Pennsylvania is gearing up for full implementation of its medical marijuana law early next year, but significant questions still remain about exactly what that will look like for patients and businesses.

Some of those questions have to do with the fact that medical marijuana is a new market here, and Pennsylvania’s law differs in varying degrees from those in other states.

Pennsylvania’s law allows some forms of medical marijuana, but not smoking, for patients with certain medical conditions.

Other questions revolve around the fact that federal law, which currently is not being enforced very strictly, says all forms of marijuana are illegal.

Here are some of the key issues facing patients and businesses.

Will insurance cover medical marijuana?

The law says it doesn’t have to, and observers say that probably means it won’t.

“If an insurance company is given an opportunity not to provide coverage, more often than not it’s going to go that route,” said attorney Bill Roark, co-chair of the Pennsylvania Bar Association’s medical marijuana and hemp law committee.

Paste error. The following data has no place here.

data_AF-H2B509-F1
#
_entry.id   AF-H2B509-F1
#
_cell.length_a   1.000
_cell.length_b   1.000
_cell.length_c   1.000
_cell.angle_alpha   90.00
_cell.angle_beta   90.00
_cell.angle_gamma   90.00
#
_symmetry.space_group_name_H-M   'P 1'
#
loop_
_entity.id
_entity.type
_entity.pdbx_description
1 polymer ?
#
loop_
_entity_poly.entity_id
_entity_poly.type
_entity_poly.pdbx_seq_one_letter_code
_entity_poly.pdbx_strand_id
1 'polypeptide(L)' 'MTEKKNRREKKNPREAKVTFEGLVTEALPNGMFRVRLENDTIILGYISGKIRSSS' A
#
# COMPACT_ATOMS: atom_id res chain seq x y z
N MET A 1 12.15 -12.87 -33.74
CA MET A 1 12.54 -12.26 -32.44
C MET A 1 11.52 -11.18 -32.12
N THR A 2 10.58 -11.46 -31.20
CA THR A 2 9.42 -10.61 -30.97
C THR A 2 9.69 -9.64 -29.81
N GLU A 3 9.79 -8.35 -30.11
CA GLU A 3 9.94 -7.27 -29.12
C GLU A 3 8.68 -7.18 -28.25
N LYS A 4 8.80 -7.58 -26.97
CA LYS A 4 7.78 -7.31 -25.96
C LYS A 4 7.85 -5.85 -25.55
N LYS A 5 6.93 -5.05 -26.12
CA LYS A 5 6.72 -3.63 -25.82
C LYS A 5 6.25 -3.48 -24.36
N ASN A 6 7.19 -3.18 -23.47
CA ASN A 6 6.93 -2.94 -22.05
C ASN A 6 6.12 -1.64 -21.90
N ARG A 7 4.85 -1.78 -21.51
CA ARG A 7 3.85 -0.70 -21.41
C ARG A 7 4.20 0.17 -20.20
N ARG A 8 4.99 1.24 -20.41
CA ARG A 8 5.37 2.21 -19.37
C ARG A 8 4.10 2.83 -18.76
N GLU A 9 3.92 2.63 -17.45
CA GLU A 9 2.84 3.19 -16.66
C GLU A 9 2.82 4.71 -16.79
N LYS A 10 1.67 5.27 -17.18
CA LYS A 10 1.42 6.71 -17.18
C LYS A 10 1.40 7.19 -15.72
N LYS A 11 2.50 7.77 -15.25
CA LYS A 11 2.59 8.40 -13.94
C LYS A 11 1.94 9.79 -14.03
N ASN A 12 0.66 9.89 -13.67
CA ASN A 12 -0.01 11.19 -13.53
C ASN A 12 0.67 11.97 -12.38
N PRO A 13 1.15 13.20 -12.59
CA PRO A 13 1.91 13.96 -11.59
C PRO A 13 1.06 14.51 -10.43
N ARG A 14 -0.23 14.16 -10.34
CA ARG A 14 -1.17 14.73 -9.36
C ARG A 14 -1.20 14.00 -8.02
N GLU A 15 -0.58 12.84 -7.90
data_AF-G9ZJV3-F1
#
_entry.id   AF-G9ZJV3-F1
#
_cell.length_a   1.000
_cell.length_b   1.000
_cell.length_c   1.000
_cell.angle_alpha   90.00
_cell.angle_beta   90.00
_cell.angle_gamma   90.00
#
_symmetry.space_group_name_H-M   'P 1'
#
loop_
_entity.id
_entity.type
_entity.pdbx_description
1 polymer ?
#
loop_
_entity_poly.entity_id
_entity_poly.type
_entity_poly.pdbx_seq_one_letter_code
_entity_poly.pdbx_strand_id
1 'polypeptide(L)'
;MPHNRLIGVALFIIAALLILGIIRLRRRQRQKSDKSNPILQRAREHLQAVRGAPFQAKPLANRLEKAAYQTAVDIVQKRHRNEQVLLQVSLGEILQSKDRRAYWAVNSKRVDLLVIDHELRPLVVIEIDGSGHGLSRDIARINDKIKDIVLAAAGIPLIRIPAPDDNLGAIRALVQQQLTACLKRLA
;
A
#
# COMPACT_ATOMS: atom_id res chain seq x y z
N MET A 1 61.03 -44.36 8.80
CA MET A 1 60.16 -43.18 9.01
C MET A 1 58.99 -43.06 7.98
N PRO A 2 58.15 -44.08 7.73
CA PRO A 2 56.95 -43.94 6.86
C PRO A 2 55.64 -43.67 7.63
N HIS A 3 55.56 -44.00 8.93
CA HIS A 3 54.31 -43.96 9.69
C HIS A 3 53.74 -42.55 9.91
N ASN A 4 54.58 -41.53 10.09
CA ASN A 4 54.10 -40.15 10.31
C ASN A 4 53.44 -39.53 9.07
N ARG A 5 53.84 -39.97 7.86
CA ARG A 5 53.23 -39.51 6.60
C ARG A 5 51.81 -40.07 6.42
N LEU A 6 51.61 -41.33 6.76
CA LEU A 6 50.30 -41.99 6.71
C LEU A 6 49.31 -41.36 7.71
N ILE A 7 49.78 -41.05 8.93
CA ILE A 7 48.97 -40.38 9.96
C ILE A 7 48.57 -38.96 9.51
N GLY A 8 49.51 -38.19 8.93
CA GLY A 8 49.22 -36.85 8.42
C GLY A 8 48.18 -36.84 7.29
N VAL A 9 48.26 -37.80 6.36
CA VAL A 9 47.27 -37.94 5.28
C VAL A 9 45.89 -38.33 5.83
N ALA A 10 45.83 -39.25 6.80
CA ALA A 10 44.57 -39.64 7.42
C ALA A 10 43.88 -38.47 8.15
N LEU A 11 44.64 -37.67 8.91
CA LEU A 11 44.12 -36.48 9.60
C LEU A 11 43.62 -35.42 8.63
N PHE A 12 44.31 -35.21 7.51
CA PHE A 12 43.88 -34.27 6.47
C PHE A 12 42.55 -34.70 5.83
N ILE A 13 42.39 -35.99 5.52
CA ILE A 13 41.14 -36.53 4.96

Dr. James Rochester of WorkNet Occupational Medicine in Lancaster agreed, but said that could change “if the economics of it make sense for insurers.”

Speaking at a Lancaster Chamber event in December, attorney Jonathan Spadea of The Chartwell Law Offices in Harrisburg said self-insured companies might consider covering medical marijuana for certain conditions if it could be significantly cheaper than very expensive prescription drugs their employees are currently using.

Charles R. Dielmann, a broker at Horst Insurance in Manheim Township, had a similar perspective, saying he thinks the federal approach will change and insurers will cover medical marijuana when it benefits them to do so — but that

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